Diversity, Equality and Inclusion
To understand what discrimination is, we first have to understand the meanings of diversity, equality and inclusion within our society and social health care. Diversity outlines difference and variety; we are all different we have characteristics that make us individual, these come from and include: race, religion, age, gender, beliefs, appearance, abilities, talents and sexual orientation. These characteristics give us our uniqueness in society, not only as individuals but also within groups and different cultures.
Equality means treating people fairly, where everyone can participate and has an equal opportunity to fulfil their potential. To be able to understand what diversity and equality both mean, we have to first acknowledge our own prejudices, values and beliefs, and then we can positively accept difference in our society, and in the role of Social Care Workers. By accepting diversity and equality we support, value and respect service users, thus providing a quality standard of care.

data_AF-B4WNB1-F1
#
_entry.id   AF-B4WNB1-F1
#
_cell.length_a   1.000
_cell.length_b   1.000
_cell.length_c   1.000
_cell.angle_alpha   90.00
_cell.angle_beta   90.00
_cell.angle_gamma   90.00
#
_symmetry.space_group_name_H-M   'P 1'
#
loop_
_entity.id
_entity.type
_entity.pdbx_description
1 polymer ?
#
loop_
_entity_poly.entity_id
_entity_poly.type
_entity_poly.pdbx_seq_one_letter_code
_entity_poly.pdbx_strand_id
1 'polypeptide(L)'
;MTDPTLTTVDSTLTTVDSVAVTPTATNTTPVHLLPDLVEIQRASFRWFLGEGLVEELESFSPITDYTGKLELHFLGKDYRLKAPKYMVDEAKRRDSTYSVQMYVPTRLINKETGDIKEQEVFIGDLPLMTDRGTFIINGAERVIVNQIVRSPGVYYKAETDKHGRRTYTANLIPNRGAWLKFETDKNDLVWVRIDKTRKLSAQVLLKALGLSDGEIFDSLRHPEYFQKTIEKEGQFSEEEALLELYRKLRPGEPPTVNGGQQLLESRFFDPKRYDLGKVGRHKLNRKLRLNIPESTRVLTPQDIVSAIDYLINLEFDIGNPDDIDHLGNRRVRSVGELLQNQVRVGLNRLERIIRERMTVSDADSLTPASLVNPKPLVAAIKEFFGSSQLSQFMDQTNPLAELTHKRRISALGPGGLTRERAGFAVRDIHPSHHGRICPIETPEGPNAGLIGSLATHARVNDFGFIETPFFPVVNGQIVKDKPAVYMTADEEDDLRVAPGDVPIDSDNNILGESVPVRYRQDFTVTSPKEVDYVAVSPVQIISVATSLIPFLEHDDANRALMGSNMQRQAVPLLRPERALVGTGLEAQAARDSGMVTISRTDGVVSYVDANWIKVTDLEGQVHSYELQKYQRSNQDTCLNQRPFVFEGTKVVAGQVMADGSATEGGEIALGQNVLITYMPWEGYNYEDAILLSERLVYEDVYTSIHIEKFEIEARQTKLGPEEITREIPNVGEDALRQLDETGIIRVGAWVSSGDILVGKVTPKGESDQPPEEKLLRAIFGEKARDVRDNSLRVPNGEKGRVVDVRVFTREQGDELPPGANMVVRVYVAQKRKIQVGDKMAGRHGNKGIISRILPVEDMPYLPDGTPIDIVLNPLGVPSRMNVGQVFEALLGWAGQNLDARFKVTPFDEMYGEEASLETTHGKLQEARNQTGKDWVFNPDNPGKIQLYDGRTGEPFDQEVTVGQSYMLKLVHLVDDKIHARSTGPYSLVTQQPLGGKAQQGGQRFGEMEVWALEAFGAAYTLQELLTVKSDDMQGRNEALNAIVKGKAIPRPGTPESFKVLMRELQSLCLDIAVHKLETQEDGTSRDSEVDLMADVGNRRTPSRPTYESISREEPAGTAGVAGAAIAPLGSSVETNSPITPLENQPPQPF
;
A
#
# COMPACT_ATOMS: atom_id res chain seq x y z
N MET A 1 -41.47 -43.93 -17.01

Inclusion means including all individuals and groups, treating people fairly and with respect, giving choices, not tolerating discrimination, breaking down barriers and providing a supportive and nurturing quality standard care service.
Discrimination can be indirect or direct; it means treating an individual or a group of people less fairly than others, giving a lower standard of service because of how we view them. We can discriminate without realising we are doing it.
Indirect discrimination can occur when a condition or practice or requirement is provided through a service, e.g. information leaflets only printed in English and not providing the information in other formats. We are indirectly discriminating against some of our service users who may have different levels of communication and need information in other forms, e.g. braille, large fonts, different languages or on audio.